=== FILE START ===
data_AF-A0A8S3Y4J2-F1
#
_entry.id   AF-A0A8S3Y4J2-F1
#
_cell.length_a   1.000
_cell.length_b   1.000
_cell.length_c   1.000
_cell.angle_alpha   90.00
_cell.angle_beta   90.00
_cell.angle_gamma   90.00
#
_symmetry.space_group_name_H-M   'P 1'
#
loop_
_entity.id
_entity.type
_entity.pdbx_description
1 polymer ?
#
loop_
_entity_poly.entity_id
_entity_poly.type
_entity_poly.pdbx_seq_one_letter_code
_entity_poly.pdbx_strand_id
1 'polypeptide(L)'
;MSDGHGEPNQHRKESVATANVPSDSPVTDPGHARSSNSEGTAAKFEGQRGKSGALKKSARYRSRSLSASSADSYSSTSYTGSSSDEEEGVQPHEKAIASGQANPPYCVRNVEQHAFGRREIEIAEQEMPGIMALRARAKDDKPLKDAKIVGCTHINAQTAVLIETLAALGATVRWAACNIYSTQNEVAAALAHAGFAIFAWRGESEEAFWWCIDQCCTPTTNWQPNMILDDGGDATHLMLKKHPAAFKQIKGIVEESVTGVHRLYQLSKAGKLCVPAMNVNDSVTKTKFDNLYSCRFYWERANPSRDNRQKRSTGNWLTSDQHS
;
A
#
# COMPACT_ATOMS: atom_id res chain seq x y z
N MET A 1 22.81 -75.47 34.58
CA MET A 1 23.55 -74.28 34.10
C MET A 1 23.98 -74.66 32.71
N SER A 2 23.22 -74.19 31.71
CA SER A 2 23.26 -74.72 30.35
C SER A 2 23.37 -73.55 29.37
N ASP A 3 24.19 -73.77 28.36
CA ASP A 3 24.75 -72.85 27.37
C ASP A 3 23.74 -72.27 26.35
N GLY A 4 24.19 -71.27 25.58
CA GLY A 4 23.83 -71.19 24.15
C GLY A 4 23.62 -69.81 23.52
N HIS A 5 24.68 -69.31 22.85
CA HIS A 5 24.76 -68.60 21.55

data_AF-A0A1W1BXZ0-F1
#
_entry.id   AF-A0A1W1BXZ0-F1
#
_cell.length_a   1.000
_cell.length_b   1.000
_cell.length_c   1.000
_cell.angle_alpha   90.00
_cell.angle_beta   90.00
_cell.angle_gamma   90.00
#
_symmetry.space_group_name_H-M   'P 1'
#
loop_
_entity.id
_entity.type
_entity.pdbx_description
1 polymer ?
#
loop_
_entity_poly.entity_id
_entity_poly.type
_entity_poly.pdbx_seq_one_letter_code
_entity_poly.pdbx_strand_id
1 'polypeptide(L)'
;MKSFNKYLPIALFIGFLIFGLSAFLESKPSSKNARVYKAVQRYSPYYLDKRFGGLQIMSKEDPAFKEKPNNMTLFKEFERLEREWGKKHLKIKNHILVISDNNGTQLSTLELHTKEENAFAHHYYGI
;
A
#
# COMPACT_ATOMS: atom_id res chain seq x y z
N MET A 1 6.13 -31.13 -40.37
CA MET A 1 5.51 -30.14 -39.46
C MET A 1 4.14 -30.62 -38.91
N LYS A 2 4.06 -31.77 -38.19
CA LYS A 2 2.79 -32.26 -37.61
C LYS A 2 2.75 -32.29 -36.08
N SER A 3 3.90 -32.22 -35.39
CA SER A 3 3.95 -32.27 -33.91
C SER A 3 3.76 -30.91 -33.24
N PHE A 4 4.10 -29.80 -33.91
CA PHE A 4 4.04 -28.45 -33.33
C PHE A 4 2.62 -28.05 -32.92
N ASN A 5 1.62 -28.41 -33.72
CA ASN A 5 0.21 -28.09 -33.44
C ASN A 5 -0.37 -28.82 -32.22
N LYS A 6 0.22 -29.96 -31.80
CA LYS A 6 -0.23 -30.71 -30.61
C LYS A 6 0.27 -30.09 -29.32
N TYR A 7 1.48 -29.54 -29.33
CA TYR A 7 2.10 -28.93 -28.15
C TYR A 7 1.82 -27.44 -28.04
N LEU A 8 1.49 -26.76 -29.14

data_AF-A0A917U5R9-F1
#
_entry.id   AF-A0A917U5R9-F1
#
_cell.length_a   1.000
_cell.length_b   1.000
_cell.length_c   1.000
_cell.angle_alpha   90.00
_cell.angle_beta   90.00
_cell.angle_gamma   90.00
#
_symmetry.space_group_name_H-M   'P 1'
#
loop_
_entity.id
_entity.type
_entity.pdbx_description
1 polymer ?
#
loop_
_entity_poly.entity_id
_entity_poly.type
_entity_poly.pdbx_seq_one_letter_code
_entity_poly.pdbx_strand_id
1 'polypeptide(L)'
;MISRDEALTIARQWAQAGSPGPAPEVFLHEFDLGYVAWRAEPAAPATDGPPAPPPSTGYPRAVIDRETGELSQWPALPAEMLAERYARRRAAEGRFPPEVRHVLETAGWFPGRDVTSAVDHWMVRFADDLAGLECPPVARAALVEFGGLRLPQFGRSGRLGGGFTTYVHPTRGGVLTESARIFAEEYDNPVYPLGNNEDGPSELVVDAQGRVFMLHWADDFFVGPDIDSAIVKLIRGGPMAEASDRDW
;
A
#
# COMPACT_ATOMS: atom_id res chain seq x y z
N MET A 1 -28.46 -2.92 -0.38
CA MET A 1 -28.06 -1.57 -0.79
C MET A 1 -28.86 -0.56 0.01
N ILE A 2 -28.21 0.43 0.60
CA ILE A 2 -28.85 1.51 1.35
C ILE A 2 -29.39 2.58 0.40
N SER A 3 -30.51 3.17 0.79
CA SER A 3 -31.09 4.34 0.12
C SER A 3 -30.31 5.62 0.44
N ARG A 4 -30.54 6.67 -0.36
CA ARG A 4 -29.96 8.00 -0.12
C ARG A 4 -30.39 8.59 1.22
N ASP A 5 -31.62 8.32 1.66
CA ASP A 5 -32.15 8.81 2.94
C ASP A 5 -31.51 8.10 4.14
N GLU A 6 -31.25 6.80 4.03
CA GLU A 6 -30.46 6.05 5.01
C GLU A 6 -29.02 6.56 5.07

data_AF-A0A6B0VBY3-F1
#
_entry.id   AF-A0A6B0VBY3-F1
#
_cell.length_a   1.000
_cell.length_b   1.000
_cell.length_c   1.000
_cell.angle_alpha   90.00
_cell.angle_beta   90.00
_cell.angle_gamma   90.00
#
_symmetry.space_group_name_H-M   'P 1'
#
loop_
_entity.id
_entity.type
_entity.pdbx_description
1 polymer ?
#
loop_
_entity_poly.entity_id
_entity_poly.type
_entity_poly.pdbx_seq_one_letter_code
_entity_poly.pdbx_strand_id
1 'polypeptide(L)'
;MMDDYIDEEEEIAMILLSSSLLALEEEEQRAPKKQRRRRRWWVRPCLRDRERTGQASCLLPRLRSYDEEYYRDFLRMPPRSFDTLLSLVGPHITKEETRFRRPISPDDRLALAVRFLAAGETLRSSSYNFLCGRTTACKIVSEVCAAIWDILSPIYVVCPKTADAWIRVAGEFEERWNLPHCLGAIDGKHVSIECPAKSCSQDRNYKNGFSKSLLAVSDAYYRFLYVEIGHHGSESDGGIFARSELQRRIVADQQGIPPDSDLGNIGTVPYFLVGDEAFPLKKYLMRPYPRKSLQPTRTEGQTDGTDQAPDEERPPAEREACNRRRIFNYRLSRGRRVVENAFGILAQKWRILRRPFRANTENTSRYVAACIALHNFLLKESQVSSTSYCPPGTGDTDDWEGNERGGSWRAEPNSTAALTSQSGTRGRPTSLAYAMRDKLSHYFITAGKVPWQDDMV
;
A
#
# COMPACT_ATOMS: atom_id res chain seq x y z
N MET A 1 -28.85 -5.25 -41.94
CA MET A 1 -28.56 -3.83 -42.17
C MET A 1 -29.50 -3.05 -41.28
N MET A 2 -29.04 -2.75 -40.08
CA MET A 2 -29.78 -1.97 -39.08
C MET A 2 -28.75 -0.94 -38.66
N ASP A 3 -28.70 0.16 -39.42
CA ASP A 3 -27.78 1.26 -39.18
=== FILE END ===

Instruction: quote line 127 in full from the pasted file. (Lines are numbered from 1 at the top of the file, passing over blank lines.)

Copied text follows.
N MET A 1 -28.46 -2.92 -0.38